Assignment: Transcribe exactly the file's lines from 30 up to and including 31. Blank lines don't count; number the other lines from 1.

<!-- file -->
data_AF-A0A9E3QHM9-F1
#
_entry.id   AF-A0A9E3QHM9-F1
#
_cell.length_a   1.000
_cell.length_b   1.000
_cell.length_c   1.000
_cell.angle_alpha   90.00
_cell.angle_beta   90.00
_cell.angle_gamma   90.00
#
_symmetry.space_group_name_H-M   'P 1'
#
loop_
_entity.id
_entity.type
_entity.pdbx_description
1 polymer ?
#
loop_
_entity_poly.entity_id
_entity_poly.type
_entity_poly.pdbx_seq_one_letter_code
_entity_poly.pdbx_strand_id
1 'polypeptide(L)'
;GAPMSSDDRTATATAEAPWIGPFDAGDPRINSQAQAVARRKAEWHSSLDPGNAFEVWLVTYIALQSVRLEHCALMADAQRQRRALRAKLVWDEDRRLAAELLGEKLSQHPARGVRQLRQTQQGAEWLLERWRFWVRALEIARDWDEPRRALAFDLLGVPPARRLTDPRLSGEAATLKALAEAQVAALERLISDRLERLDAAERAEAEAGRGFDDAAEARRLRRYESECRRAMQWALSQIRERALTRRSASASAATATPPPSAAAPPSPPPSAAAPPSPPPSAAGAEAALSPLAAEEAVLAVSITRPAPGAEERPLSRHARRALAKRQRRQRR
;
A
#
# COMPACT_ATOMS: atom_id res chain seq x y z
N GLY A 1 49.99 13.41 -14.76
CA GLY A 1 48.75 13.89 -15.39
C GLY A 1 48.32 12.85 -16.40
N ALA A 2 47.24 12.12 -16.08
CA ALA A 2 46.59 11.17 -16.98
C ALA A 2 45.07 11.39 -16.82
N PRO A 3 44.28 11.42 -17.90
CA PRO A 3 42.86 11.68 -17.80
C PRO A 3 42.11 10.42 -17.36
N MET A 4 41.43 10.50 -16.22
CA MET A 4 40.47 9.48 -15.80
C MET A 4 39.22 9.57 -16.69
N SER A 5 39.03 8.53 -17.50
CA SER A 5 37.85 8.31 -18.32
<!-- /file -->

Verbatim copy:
# COMPACT_ATOMS: atom_id res chain seq x y z
N GLY A 1 49.99 13.41 -14.76